I’m pretty happy with how my retirement savings are stacking up so far. But if I had known then what I know now, I would have done a few things differently in the beginning.
With that as the backdrop, here’s what my retirement portfolio would look like if I was just getting started with $50,000 in cash and had several years before I would need this money. Note that there’s a sizable piece of this stash I wouldn’t do anything with just yet, knowing there will be compelling prospects popping up in the future that I’ll want to step into without selling any of my existing holdings.
Start with an S&P 500 index fund
Yes, I practice what I preach about indexing. That’s why the biggest single holding of any new blank-slate portfolio would be generalized exposure to the broad market with a position in the SPDR S&P 500 ETF Trust (NYSEMKT: SPY).
Some people consider it the chicken’s way out of picking individual stocks. Indeed, given that the market’s been the focal point of my profession since I entered the industry as a broker way back in the 90s, plenty of people seem genuinely surprised I’m not more of a stock speculator now.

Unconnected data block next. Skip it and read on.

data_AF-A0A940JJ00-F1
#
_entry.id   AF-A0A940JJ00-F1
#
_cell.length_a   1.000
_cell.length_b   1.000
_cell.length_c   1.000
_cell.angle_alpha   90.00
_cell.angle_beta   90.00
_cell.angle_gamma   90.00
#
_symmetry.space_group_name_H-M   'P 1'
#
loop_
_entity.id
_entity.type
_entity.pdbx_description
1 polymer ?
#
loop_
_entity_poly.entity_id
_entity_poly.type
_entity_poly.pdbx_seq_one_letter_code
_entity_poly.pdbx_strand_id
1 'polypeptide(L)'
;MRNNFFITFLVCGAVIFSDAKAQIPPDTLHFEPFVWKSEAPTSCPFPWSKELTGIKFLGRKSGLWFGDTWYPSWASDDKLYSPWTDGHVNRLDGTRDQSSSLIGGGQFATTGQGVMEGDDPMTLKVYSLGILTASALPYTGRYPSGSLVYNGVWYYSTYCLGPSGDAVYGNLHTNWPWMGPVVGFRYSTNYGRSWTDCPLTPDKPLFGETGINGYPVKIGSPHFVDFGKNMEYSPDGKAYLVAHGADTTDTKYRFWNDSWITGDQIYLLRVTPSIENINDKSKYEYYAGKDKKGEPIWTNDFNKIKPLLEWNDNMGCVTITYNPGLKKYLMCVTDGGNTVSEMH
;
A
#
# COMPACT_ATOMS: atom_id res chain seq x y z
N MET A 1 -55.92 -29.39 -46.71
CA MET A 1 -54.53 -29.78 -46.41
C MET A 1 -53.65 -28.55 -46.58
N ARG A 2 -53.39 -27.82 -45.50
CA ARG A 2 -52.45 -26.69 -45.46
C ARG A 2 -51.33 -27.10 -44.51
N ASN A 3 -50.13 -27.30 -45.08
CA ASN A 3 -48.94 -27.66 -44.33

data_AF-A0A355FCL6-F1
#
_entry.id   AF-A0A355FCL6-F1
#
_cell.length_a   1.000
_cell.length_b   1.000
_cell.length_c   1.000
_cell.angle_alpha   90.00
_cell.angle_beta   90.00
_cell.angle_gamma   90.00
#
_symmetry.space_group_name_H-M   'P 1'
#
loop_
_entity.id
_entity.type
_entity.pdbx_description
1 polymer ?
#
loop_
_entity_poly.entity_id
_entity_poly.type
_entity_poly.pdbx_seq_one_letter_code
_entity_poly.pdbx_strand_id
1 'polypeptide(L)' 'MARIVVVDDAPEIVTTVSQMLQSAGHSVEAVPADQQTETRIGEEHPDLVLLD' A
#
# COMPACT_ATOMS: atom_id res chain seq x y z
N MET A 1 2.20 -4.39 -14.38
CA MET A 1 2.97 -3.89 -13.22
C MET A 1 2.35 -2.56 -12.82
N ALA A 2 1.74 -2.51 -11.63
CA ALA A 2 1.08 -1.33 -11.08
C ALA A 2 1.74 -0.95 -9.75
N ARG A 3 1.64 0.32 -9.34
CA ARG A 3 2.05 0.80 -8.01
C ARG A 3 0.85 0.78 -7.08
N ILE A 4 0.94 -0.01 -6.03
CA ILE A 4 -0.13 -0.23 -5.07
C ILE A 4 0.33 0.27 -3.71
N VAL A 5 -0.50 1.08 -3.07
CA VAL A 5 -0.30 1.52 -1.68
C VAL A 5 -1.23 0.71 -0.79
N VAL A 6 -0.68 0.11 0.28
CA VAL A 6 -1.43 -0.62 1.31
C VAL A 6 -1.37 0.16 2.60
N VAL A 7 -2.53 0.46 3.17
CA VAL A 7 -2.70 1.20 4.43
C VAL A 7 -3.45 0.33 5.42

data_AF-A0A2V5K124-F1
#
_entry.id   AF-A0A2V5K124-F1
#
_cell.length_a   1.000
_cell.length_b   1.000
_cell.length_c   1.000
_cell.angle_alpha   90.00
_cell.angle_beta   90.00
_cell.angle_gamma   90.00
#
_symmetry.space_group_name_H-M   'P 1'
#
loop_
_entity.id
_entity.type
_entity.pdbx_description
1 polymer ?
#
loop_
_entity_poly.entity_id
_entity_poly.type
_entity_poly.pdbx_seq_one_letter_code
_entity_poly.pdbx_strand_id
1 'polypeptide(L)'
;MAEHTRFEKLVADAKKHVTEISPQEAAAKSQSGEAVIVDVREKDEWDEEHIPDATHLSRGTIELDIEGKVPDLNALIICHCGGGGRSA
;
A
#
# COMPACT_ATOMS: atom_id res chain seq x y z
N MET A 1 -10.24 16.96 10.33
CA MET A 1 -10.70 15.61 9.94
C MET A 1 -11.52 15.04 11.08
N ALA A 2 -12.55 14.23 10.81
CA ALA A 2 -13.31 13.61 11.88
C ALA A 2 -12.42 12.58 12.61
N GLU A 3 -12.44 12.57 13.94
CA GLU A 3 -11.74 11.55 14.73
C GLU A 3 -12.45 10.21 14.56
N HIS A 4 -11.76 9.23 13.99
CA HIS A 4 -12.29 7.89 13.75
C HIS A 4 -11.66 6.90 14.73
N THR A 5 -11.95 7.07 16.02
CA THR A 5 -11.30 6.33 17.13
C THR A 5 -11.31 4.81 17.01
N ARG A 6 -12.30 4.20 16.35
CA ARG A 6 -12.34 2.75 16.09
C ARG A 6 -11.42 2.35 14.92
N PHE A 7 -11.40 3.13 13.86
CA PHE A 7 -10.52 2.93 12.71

The thing is, after 20+ years of being in the business, I’ve evolved into a firm believer in the idea that less is more, and simpler is better. I also don’t have time at this stage in my life to devote to managing a large number of holdings, yet I still have faith that stocks as a whole can do plenty of heavy lifting for me.
3 well-built growth stocks
Amount: $5,000 each
Although an index fund may be my chosen centerpiece of a brand new retirement portfolio, I won’t pretend I haven’t been bitten by the stock-picking bug. My only qualification for owning individual growth companies is that they’ll be in a position to perform five, ten, and even twenty years down the road as well as they’re performing now.
This standard eliminates a lot of companies! In fact, I contend it leaves behind only a handful of truly great growth stocks.